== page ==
KOTA KINABALU 30/12/2013: Two Philippine nationals had entered Sabah illegally decades ago. One has been awarded the Permanent Resident status and registered as a voter, while the other is still waiting for his identity card.
Norsiah Abdullah @ Emelda Doliente and Sandokong Rajamanta both came to Sabah in 1979 and 1974 respectively for the same reason – to seek a better life.
While Norsiah, who was then 11, had entered the state accompanied by an aunt with about 20 others, Sandokong came in a boat with his wife and two children, along with about 50 other Filipinos.
Norsiah’s luck in obtaining the PR status was way better than Sandokong’s, when her application was finally approved in 2007.
“We were dropped off in Kudat and my aunt and I immediately went to Keningau. There I worked as a maid with (a senior politician) Tan Sri Suffian Koroh for about five years. He had helped me secure a work pass and the IMM13 document, which made me a refugee. I was also given a green identity card from the National Registration Department office in Keningau,” she said sharing her early years in Sabah.
She then left Keningau for Labuan and worked as a shop assistant, where she obtained her second green identity card after the colour on her first card faded and turned orange.
On June 21, 1987, she was given the temporary residence card bearing card number 630105-71-5288 (the number ’71′ refers to international country code), and on Apr 3, 1999, she was called by the Labuan Special Branch office pertaining to her application for the red identity card (permanent residence). She passed the interview.
Five months later, she was allowed to change her identity card to a PR status. She then applied to be a citizen of Malaysia and on June 23, 2007, she obtained her citizenship certificate bearing number 670105-65-5058 (the number ’65′ refers to her country of origin, the Philippines). Norsiah applied to be a voter the following year, but disclosed that she had never practised her right to vote to date.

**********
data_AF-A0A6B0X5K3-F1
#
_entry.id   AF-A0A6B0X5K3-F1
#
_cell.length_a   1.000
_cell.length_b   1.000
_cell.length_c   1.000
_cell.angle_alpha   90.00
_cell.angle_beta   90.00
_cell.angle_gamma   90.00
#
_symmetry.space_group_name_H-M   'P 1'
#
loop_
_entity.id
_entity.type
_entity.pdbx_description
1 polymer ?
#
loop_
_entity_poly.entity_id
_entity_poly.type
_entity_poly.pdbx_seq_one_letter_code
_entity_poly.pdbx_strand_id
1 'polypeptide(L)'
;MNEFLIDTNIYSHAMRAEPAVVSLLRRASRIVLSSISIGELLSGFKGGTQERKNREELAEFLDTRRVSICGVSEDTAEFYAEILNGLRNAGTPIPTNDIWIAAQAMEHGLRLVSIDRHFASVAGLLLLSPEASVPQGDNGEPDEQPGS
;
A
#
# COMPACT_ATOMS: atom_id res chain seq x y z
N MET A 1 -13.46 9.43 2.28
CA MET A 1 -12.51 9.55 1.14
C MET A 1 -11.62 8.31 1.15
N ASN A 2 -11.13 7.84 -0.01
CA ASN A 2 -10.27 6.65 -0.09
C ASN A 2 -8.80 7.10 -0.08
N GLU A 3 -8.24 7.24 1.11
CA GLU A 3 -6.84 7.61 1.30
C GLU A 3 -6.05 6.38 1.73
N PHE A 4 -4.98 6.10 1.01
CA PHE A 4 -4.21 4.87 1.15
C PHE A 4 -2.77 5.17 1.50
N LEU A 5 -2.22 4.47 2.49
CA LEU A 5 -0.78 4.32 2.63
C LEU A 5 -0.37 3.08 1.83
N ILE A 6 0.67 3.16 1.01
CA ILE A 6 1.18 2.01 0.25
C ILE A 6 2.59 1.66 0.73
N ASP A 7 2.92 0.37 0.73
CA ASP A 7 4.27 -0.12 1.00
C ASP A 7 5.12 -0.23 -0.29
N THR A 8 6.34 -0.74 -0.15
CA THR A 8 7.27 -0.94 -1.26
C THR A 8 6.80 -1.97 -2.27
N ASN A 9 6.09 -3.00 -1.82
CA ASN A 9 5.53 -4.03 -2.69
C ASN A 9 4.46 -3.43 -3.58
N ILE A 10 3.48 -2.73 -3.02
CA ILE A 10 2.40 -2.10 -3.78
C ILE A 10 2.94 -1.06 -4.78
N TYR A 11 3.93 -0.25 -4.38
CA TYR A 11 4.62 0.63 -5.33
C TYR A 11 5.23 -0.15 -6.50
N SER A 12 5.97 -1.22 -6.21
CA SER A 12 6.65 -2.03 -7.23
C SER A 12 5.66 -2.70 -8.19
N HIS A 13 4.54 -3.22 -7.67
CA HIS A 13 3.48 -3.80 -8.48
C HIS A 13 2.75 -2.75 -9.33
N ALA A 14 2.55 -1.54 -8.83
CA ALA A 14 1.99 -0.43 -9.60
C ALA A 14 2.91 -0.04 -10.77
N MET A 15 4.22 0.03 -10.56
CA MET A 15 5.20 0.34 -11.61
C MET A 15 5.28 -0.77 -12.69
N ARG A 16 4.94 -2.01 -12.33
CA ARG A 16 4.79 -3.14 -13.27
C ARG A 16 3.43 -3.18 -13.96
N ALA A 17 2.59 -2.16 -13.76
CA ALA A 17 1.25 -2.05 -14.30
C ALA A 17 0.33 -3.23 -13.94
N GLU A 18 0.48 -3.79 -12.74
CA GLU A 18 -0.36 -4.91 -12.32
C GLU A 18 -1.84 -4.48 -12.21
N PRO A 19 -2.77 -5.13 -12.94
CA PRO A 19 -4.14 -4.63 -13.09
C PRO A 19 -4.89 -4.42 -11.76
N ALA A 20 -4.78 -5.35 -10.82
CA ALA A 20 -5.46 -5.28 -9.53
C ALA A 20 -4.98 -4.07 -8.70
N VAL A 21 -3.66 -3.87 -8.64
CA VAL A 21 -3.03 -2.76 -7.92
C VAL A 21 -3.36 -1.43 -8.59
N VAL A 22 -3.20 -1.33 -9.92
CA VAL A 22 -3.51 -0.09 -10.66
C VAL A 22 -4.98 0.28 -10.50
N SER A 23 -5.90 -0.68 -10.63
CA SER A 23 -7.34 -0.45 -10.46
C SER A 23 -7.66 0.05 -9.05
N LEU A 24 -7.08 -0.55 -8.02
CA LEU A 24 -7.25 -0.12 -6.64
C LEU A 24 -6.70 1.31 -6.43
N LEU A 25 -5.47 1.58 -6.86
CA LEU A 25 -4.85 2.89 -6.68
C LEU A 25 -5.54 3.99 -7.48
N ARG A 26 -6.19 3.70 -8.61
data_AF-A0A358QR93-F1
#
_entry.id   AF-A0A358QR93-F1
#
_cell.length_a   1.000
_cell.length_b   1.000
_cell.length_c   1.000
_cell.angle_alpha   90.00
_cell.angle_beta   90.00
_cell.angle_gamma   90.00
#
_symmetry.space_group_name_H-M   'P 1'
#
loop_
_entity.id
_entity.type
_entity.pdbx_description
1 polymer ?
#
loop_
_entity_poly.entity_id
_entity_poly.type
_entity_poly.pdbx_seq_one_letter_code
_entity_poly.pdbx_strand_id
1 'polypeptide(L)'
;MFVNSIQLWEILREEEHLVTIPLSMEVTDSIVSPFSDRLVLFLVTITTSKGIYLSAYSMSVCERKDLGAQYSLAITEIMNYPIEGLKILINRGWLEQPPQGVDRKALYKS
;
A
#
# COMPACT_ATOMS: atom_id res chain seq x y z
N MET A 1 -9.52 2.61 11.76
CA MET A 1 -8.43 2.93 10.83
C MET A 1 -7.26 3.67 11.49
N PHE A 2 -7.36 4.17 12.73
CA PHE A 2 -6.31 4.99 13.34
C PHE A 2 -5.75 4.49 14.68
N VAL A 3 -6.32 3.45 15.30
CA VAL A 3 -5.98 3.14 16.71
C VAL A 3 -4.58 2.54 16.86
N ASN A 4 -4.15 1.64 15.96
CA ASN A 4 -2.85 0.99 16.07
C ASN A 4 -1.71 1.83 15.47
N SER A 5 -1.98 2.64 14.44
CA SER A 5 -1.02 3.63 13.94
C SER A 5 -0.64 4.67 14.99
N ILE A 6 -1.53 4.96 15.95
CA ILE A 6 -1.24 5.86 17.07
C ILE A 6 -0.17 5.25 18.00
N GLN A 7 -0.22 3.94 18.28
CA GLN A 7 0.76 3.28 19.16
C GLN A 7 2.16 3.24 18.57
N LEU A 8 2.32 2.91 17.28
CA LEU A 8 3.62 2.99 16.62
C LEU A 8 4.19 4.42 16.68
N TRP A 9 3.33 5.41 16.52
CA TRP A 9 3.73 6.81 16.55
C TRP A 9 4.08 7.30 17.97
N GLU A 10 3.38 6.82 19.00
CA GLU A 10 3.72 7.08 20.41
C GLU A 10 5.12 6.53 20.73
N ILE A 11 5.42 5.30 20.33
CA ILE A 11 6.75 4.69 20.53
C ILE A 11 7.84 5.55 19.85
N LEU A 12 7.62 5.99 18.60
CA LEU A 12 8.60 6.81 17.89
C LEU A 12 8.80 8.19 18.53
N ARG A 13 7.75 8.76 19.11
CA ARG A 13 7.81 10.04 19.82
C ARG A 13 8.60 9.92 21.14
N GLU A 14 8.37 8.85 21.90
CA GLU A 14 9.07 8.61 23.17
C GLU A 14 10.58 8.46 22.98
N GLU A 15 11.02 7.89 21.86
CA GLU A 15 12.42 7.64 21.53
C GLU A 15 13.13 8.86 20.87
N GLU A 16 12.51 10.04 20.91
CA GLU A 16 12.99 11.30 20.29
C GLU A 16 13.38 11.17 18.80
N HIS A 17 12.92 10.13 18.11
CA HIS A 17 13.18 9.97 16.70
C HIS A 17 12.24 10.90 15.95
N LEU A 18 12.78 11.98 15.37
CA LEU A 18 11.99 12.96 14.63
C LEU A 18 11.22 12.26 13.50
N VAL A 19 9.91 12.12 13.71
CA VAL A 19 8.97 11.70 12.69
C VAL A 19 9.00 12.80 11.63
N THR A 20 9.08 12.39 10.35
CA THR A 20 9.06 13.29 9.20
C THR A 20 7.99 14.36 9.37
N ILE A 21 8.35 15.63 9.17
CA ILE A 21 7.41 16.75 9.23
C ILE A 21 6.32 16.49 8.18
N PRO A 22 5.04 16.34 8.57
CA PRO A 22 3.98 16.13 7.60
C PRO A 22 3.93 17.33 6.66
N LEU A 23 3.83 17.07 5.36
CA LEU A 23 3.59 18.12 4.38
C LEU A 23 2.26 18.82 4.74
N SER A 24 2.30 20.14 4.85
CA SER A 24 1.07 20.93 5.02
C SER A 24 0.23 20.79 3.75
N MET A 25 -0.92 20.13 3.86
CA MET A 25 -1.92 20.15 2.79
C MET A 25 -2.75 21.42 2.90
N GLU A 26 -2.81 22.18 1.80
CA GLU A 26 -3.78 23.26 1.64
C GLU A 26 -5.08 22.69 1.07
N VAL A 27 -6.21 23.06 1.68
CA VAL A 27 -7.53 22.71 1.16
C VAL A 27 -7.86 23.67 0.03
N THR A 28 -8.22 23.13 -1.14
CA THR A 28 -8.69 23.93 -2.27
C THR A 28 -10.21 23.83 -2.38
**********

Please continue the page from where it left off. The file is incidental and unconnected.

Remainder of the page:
When questioned on the different birth dates on her PR and MyKad, Norsiah explained that her birth date was changed by her aunt to enable her to apply for a work permit.
“During those years, I had actually returned to my hometown to apply for my Philippine international passport, which I had to renew once in every five years. The last one was taken by the authority after I was awarded my Malaysian citizenship.
“Many had regarded my journey to obtain my citizenship like maggie mee (instant noodles), but actually I went through a lot of process to get it,” she said.
Norsiah got married to a Sabahan in 1985, and they have five children, four of whom were born in Labuan while one here.
Sandokong, on the other hand, was only informed of his PR status from a stamp on his Philippine international passport.
“I did not receive any letter except that it was indicated in my passport that my application was approved on Nov 1 last year,” he said, adding that of his seven children, two had secured the MyPR cards, while the rest are still IMM13 holders.
Chairman of the Telipok Resettlement Scheme since 2002, Sandokong said he left Tawi-Tawi following the unrest and picked Sabah as his new home because, as he put it: “This state is a good place and accepts refugees.”
He said it was a 40-year wait before he was finally given the PR status, and till to date, he is still waiting for his identity card.